Also, some pet stores sell dog-friendly peanut butter. Our PetSmart just started selling a few flavours/formulas of Peanut Butter (its called DogsButter). Only catch is, it's expensive. I think $10 for 16oz
    Some people are like slinkies...not really good for anything, but you still can't help but smile when you see one tumble down the stairs.



  9. #9
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    Apr. 14, 2006
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    Quote Originally Posted by Bacardi1 View Post
    How the heck do you clean them??? Just plain rinsing ain't gonna get moldy peanut butter or any other soft sticky stuff out of the inside of those things.
    This was a point I was going to make....make sure you wash the Kong thoroughly with soap and a bottle brush. The PB gets pretty nasty in there and will mold quickly!! Yuck!!
    www.crosscreeksporthorses.com
    Breeders of Painted Thoroughbreds and Uniquely Painted Irish Sport Horses in Northeast Oklahoma



  10. #10
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    On the kong website it says you can run them through the dishwasher too....I'd probably rinse it off well before.
    "Choose to chance the rapids, and dare to dance the tides" - Garth Brooks
    "With your permission, dear, I'll take my fences one at a time" - Maggie Smith, Downton Abbey



  11. #11
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    Nov. 24, 2006
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    Just a quick warning- our Chi mix got about 2 Tablespoons of peanut butter in his Kong and that made him have bloody runs for two days- so be careful with the peanut butter.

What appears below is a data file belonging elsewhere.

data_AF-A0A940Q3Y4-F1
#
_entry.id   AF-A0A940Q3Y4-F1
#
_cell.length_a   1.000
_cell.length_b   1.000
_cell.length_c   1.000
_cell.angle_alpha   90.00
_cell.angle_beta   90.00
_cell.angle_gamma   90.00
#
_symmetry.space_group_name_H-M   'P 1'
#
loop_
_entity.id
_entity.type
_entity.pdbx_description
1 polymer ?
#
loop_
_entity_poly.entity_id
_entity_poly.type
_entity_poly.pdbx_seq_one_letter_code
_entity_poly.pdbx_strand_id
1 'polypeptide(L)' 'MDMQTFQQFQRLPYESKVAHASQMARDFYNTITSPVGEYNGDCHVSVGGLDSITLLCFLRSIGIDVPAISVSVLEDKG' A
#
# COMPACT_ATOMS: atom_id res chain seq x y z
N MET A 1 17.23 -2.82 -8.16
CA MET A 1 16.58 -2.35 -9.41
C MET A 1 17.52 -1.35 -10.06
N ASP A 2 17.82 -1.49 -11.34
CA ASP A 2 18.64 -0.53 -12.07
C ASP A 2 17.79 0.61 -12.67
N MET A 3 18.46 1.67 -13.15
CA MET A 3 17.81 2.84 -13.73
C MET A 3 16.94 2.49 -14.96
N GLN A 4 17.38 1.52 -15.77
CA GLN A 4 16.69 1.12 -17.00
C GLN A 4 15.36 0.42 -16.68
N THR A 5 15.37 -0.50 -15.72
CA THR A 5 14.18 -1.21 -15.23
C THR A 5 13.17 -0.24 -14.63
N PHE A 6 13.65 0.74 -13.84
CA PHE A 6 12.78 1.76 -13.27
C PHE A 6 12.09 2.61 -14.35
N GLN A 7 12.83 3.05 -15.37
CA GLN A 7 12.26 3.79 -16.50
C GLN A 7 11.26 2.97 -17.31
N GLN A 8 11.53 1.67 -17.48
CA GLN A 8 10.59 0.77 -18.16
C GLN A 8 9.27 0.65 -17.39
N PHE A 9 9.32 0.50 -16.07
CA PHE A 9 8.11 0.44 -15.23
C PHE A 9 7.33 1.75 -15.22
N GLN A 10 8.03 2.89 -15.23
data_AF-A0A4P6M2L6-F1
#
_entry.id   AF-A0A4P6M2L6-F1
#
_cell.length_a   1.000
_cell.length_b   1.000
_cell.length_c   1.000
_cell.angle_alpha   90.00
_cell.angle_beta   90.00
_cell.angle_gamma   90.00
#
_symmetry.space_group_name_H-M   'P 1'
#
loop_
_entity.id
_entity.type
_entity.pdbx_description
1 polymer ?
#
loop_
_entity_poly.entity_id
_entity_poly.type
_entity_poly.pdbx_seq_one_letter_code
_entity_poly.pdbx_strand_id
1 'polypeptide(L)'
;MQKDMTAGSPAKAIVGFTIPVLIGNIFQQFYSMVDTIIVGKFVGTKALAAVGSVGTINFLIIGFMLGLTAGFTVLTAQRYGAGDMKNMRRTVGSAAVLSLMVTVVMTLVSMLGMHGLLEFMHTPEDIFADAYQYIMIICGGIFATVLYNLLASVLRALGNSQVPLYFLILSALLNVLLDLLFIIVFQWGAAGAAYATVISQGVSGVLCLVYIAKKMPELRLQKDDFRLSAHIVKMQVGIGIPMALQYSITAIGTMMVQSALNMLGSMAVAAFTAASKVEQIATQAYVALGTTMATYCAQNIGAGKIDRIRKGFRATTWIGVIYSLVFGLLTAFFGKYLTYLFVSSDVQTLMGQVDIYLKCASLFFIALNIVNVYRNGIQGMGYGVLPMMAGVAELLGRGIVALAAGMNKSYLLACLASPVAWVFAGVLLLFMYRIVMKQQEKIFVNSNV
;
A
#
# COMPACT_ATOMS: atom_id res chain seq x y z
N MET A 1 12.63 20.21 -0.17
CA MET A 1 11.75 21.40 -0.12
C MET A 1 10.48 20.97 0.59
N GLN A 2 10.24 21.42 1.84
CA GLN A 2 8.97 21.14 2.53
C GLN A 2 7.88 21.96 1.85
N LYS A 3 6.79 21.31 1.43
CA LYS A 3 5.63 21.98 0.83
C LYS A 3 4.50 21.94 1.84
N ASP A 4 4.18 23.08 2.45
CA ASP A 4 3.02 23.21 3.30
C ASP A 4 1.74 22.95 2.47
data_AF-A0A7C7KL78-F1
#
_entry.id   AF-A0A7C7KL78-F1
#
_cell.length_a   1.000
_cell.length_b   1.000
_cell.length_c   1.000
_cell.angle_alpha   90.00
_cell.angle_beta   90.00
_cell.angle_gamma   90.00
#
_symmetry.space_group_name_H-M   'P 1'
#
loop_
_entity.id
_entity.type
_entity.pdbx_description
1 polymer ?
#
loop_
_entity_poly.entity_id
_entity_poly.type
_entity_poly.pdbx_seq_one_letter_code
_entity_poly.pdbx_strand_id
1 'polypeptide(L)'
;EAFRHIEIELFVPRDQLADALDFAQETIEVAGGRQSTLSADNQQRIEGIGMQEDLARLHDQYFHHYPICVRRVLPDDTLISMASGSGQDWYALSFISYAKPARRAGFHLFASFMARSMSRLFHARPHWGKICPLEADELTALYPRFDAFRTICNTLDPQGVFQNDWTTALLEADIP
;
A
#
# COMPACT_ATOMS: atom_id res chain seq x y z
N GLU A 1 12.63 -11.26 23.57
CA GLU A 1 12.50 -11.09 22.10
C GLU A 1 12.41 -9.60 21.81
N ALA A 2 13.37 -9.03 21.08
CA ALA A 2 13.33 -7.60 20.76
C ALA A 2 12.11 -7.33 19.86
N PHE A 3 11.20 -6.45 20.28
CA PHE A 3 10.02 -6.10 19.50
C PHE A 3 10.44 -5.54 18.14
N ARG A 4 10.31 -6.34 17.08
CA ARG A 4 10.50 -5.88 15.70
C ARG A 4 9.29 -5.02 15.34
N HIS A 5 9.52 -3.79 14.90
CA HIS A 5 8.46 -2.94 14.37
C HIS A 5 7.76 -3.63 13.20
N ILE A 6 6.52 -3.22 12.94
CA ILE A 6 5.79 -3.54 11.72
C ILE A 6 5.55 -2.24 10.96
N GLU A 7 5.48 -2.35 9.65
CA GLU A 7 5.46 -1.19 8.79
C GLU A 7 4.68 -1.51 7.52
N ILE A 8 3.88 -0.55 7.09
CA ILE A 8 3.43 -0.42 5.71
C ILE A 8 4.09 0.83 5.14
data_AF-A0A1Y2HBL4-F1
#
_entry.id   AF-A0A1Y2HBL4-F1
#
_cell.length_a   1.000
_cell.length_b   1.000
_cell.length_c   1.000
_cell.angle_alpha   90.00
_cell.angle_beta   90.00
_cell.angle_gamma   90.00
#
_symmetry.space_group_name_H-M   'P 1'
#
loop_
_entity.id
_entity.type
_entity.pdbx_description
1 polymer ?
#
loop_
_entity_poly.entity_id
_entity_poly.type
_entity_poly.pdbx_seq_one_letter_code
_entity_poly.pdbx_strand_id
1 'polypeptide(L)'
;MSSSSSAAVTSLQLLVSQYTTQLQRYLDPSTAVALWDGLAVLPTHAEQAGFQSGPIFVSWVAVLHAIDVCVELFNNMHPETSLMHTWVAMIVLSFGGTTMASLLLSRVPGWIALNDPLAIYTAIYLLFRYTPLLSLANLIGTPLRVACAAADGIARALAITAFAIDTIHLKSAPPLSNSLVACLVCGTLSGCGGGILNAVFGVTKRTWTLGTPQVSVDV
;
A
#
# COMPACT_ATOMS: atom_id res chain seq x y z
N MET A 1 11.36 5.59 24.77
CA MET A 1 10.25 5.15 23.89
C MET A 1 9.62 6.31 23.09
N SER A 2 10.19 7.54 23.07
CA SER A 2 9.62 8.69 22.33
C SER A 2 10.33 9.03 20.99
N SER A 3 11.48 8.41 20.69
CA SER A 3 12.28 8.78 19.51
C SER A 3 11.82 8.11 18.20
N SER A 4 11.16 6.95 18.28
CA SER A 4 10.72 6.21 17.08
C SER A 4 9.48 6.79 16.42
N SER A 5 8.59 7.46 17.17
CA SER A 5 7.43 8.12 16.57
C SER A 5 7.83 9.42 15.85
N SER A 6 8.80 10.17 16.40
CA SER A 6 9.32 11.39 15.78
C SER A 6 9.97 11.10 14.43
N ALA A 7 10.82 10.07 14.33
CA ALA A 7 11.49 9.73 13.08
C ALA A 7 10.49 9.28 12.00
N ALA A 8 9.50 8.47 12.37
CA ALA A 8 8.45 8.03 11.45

Kerri



  12. #12
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    Aug. 22, 2001
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    2 tablespoons for a chi mix?! That's a LOT! I don't give that much to my 55lb Lab.

    I'll put maybe 1 Tbsp in a big kong, mixed with chopped carrot bits, a little kibble, broken dog cookies etc. Luna's pretty clever about them though, so I make the chunks of carrot pretty big to make her have to work at it. The PB is to keep her really interested in licking out the last drop

    And I just soak mine in boiling water with a drop of soap in it, and use a bottle brush after with a good rinsing. Considering her favorite treat in the world is poop (horse, cat, deer...) followed closely by dead things in the woods (thanks neighbors ) a little bit of moldy PB in a Kong crevice doesn't worry me all that much.


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  13. #13
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    Sep. 2, 2005
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    I use plain cheap peanut butter in kongs I give my dogs and have never had an issue. I am sure it being a problem for the dog totally depends on the dog, just like everything else.

    I have washed kongs in the dishwasher with out issue.



  14. #14
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    Nov. 24, 2006